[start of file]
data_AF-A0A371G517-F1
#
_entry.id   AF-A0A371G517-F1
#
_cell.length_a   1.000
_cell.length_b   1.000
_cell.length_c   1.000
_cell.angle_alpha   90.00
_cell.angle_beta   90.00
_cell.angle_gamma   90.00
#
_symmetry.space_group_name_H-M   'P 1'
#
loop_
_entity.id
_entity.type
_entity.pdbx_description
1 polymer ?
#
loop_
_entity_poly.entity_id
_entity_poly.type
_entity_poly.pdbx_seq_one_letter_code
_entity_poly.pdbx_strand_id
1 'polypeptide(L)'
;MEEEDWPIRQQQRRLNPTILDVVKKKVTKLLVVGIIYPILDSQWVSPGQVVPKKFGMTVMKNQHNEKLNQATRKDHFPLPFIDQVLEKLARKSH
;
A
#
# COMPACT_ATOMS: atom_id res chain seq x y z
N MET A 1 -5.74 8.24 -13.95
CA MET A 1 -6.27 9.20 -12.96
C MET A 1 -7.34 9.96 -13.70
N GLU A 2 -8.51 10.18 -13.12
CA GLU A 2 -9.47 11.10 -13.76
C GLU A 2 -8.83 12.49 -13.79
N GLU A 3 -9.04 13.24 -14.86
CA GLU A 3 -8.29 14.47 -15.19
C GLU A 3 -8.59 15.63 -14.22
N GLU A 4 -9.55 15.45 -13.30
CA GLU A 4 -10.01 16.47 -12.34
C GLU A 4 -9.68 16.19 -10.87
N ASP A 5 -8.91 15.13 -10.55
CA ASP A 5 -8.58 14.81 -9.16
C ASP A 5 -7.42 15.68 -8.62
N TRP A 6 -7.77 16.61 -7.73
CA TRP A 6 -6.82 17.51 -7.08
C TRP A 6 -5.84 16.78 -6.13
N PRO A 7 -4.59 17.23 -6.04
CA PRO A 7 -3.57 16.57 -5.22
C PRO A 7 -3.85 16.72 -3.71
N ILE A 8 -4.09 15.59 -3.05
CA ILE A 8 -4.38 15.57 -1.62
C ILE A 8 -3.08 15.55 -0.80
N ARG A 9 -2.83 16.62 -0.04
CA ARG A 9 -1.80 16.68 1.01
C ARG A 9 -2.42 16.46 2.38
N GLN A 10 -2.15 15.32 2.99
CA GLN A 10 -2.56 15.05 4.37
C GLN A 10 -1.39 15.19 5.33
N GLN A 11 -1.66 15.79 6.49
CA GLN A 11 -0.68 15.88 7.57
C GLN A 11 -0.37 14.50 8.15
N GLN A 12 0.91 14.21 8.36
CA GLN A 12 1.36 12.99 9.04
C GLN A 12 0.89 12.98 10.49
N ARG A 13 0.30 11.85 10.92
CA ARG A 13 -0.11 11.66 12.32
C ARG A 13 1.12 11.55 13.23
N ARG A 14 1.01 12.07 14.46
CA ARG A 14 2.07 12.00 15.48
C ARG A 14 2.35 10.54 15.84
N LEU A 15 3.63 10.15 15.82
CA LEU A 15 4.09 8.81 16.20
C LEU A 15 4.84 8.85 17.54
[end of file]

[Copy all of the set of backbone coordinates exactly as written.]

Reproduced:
data_AF-A0A371G517-F1
#
_entry.id   AF-A0A371G517-F1
#
_cell.length_a   1.000
_cell.length_b   1.000
_cell.length_c   1.000
_cell.angle_alpha   90.00
_cell.angle_beta   90.00
_cell.angle_gamma   90.00
#
_symmetry.space_group_name_H-M   'P 1'
#
loop_
_entity.id
_entity.type
_entity.pdbx_description
1 polymer ?
#
loop_
_entity_poly.entity_id
_entity_poly.type
_entity_poly.pdbx_seq_one_letter_code
_entity_poly.pdbx_strand_id
1 'polypeptide(L)'
;MEEEDWPIRQQQRRLNPTILDVVKKKVTKLLVVGIIYPILDSQWVSPGQVVPKKFGMTVMKNQHNEKLNQATRKDHFPLPFIDQVLEKLARKSH
;
A
#
# COMPACT_ATOMS: atom_id res chain seq x y z
N MET A 1 -5.74 8.24 -13.95
CA MET A 1 -6.27 9.20 -12.96
C MET A 1 -7.34 9.96 -13.70
N GLU A 2 -8.51 10.18 -13.12
CA GLU A 2 -9.47 11.10 -13.76
C GLU A 2 -8.83 12.49 -13.79
N GLU A 3 -9.04 13.24 -14.86
CA GLU A 3 -8.29 14.47 -15.19
C GLU A 3 -8.59 15.63 -14.22
N GLU A 4 -9.55 15.45 -13.30
CA GLU A 4 -10.01 16.47 -12.34
C GLU A 4 -9.68 16.19 -10.87
N ASP A 5 -8.91 15.13 -10.55
CA ASP A 5 -8.58 14.81 -9.16
C ASP A 5 -7.42 15.68 -8.62
N TRP A 6 -7.77 16.61 -7.73
CA TRP A 6 -6.82 17.51 -7.08
C TRP A 6 -5.84 16.78 -6.13
N PRO A 7 -4.59 17.23 -6.04
CA PRO A 7 -3.57 16.57 -5.22
C PRO A 7 -3.85 16.72 -3.71
N ILE A 8 -4.09 15.59 -3.05
CA ILE A 8 -4.38 15.57 -1.62
C ILE A 8 -3.08 15.55 -0.80
N ARG A 9 -2.83 16.62 -0.04
CA ARG A 9 -1.80 16.68 1.01
C ARG A 9 -2.42 16.46 2.38
N GLN A 10 -2.15 15.32 2.99
CA GLN A 10 -2.56 15.05 4.37
C GLN A 10 -1.39 15.19 5.33
N GLN A 11 -1.66 15.79 6.49
CA GLN A 11 -0.68 15.88 7.57
C GLN A 11 -0.37 14.50 8.15
N GLN A 12 0.91 14.21 8.36
CA GLN A 12 1.36 12.99 9.04
C GLN A 12 0.89 12.98 10.49
N ARG A 13 0.30 11.85 10.92
CA ARG A 13 -0.11 11.66 12.32
C ARG A 13 1.12 11.55 13.23
N ARG A 14 1.01 12.07 14.46
CA ARG A 14 2.07 12.00 15.48
C ARG A 14 2.35 10.54 15.84
N LEU A 15 3.63 10.15 15.82
CA LEU A 15 4.09 8.81 16.20
C LEU A 15 4.84 8.85 17.54